He chose Maryland over about 20 other scholarship offers.

McNair was majoring in kinesiology at College Park.


Evans said during the news conference that the health and safety of the Maryland players is of “utmost importance.”

He said that all student-athletes were provided a gallon of water on the morning of May 29. They ate lunch between 2 and 2:30 p.m., and were also provided snacks and Gatorade.

Dr. Andrew Tucker, head team physician for the Ravens and medical director at MedStar Union Memorial Sports Medicine, said he was unfamiliar with McNair’s case, but that there were a variety of reasons athletes might experience health problems during practice.

They might have underlying cardiac problems, have complications related to the sickl- cell trait or suffer heatstroke, he said.

Heatstroke can occur when people participate in very vigorous exercise or physical work in tough conditions. It is common in athletes and military personnel.


“Some people’s core body temperature rises to a risky level where bad things start to happen and organs start to fail,” Tucker said.

The kidneys and liver are some of the organs that can fail, but both can now be kept functioning with dialysis.

Towson offensive lineman Gavin Class (St. Paul’s) collapsed during a summer practice in 2013 after suffering from heatstroke and underwent a successful liver transplant. In 2014, Morgan State freshmen defensive lineman Marquese Meadow died of heatstroke after a preseason practice, according to an autopsy.

According to a GoFundMe page launched by mothers of some of McNair’s Maryland teammates, he had received a liver transplant after his collapse. The page had raised more than $28,000 as of Thursday evening to aid McNair’s family.

Evans cited reasons related to confidentiality when he declined to release the cause of McNair’s death. A team physician who attended Thursday’s news conference did not answer questions.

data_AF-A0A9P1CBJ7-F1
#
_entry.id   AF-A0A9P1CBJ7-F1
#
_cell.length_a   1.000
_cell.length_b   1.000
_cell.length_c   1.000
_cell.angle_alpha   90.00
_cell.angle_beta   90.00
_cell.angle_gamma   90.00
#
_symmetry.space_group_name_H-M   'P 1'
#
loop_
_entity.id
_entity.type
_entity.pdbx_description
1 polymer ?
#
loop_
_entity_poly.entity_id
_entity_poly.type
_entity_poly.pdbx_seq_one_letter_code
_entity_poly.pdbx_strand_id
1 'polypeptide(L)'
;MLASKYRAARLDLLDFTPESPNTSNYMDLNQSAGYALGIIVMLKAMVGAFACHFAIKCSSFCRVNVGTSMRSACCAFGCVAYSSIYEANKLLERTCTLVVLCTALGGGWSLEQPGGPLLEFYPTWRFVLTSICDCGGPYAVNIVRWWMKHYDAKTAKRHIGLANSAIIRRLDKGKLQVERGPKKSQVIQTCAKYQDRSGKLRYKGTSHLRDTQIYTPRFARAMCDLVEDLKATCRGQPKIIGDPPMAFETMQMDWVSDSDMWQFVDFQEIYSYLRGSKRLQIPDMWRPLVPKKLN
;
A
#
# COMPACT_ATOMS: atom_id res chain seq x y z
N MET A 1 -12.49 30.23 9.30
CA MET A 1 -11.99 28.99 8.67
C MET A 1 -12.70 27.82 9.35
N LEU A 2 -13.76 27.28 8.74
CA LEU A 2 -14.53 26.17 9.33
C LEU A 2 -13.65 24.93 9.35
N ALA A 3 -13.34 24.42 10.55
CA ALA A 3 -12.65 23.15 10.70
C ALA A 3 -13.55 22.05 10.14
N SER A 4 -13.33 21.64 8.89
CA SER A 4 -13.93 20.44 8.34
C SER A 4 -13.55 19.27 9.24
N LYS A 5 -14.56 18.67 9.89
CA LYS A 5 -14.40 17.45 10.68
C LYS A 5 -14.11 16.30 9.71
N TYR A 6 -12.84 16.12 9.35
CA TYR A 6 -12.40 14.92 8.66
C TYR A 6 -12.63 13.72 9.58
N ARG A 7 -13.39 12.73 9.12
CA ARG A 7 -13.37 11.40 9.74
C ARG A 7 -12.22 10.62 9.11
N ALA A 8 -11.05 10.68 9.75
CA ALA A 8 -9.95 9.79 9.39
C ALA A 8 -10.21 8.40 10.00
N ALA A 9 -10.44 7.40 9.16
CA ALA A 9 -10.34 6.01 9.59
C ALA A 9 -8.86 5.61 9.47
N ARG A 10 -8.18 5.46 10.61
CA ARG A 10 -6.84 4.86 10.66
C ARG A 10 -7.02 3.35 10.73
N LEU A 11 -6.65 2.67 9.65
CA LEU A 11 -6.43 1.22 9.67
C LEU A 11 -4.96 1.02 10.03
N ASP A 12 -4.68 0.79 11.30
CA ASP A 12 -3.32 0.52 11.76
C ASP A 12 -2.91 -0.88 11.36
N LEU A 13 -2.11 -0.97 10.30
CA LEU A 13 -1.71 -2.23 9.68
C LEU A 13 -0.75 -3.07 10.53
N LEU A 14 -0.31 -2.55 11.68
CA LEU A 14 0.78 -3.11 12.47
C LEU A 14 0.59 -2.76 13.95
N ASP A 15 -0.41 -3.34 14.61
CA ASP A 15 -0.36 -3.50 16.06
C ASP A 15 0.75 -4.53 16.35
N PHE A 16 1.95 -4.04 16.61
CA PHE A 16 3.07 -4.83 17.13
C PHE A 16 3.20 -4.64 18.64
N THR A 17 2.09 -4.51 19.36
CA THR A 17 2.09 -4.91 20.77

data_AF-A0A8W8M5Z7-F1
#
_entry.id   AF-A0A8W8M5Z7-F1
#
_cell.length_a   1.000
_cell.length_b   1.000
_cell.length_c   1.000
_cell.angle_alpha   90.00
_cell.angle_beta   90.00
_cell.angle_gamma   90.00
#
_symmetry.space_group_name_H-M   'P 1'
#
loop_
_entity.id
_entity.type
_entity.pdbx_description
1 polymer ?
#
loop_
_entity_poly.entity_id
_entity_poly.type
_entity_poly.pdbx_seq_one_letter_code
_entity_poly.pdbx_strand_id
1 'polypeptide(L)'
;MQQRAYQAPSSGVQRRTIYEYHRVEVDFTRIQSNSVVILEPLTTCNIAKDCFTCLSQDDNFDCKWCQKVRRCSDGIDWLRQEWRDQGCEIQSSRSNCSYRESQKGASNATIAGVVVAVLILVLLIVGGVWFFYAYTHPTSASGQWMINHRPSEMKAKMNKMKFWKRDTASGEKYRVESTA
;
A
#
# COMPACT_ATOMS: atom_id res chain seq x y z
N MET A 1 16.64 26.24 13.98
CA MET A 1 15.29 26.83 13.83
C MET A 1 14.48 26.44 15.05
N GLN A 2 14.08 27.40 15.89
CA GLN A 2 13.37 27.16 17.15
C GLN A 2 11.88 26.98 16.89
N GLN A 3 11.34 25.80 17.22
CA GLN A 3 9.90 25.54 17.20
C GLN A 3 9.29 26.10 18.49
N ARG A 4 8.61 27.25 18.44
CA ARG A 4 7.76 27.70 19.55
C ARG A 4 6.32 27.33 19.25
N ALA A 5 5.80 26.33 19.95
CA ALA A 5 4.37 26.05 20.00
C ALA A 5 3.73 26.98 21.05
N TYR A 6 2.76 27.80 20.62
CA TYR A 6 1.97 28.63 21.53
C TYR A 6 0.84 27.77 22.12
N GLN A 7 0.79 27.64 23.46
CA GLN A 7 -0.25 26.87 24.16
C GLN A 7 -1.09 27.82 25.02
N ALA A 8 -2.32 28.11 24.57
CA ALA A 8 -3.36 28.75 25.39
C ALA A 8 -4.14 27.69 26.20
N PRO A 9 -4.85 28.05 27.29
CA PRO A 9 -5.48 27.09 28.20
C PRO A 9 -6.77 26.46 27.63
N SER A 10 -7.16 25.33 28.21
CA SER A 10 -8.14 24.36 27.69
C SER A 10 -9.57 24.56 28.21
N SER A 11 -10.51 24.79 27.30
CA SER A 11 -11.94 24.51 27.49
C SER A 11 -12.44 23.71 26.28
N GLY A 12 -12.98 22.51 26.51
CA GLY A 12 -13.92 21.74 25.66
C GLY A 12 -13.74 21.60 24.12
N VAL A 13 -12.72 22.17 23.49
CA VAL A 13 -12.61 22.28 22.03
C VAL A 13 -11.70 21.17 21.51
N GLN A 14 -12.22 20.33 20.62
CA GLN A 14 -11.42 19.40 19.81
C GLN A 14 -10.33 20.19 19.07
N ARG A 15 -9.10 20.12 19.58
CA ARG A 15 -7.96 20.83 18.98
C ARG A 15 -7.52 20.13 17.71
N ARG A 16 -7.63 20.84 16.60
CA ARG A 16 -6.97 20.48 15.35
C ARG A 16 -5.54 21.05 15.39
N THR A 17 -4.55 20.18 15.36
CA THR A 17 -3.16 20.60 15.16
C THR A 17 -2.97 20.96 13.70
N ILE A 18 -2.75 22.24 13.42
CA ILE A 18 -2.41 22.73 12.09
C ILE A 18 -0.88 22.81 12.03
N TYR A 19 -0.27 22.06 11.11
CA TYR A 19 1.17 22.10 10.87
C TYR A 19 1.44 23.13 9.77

“We understand and recognize when a young individual, especially an athlete, has an untimely and unexpected death, there are a lot of questions,” Evans said.

A private memorial service was held Thursday afternoon for faculty and students at McDonogh. Friends, family and former teammates gathered inside the school’s old stone chapel to remember a man they called the “gentle giant.”

Former McDonogh player Wyatt Cook, 21, said he would be transferring to Maryland this year from Purdue and couldn’t wait to tell his high school classmate they’d be teammates again. “I couldn’t wait to see his smile,” he said.

While McNair was remembered as quiet by some, a parent who attended Thursday’s service said there was one thing he was not shy about: his mother’s banana pudding.

He bragged about it all the time, said Jennifer Kirol of Reisterstown, whose sons were McNair’s teammates. He talked about the dozens upon dozens of boxes of Pepperidge Farm cookies that went into making it. One time, for team dinner, his mother actually brought the dessert.

And as a mother, Kirol said, she loved to see how proud McNair was of his. In fact, she said, McNair’s mother was the reason he went to Maryland in the first place.


He wanted to stay close to home.

Baltimore Sun reporters Christina Tkacik, Andrea K. McDaniels and Katherine Dunn contributed to this article.